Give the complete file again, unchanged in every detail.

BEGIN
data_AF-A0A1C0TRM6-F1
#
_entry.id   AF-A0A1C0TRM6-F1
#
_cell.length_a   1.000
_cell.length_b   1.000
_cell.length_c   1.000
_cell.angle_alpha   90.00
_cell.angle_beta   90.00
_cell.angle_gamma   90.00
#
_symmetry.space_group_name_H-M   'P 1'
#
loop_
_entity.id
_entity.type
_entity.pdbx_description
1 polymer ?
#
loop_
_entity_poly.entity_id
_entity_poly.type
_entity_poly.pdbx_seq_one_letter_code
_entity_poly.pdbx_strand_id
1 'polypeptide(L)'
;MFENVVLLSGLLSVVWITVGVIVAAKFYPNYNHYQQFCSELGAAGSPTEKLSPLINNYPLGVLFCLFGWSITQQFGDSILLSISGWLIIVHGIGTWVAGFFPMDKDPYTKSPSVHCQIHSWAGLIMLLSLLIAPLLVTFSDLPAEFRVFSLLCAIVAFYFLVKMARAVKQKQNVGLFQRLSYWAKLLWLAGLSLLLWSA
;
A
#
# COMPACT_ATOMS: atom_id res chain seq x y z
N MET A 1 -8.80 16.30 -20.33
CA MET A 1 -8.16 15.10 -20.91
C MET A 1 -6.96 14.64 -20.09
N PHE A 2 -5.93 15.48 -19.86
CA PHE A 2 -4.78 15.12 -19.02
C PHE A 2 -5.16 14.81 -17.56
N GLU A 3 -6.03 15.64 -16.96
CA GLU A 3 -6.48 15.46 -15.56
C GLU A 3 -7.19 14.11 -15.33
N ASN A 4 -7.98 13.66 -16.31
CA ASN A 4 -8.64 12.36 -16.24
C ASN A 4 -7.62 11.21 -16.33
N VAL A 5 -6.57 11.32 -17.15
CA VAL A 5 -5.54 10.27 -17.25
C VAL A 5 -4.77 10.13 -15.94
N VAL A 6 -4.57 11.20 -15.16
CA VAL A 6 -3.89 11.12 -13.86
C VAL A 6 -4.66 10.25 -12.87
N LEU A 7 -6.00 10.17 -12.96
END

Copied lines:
data_AF-A0A1C0TRM6-F1
#
_entry.id   AF-A0A1C0TRM6-F1
#
_cell.length_a   1.000
_cell.length_b   1.000
_cell.length_c   1.000
_cell.angle_alpha   90.00
_cell.angle_beta   90.00
_cell.angle_gamma   90.00
#
_symmetry.space_group_name_H-M   'P 1'
#
loop_
_entity.id
_entity.type
_entity.pdbx_description
1 polymer ?
#
loop_
_entity_poly.entity_id
_entity_poly.type
_entity_poly.pdbx_seq_one_letter_code
_entity_poly.pdbx_strand_id
1 'polypeptide(L)'
;MFENVVLLSGLLSVVWITVGVIVAAKFYPNYNHYQQFCSELGAAGSPTEKLSPLINNYPLGVLFCLFGWSITQQFGDSILLSISGWLIIVHGIGTWVAGFFPMDKDPYTKSPSVHCQIHSWAGLIMLLSLLIAPLLVTFSDLPAEFRVFSLLCAIVAFYFLVKMARAVKQKQNVGLFQRLSYWAKLLWLAGLSLLLWSA
;
A
#
# COMPACT_ATOMS: atom_id res chain seq x y z
N MET A 1 -8.80 16.30 -20.33
CA MET A 1 -8.16 15.10 -20.91
C MET A 1 -6.96 14.64 -20.09
N PHE A 2 -5.93 15.48 -19.86
CA PHE A 2 -4.78 15.12 -19.02
C PHE A 2 -5.16 14.81 -17.56
N GLU A 3 -6.03 15.64 -16.96
CA GLU A 3 -6.48 15.46 -15.56
C GLU A 3 -7.19 14.11 -15.33
N ASN A 4 -7.98 13.66 -16.31
CA ASN A 4 -8.64 12.36 -16.24
C ASN A 4 -7.62 11.21 -16.33
N VAL A 5 -6.57 11.32 -17.15
CA VAL A 5 -5.54 10.27 -17.25
C VAL A 5 -4.77 10.13 -15.94
N VAL A 6 -4.57 11.20 -15.16
CA VAL A 6 -3.89 11.12 -13.86
C VAL A 6 -4.66 10.25 -12.87
N LEU A 7 -6.00 10.17 -12.96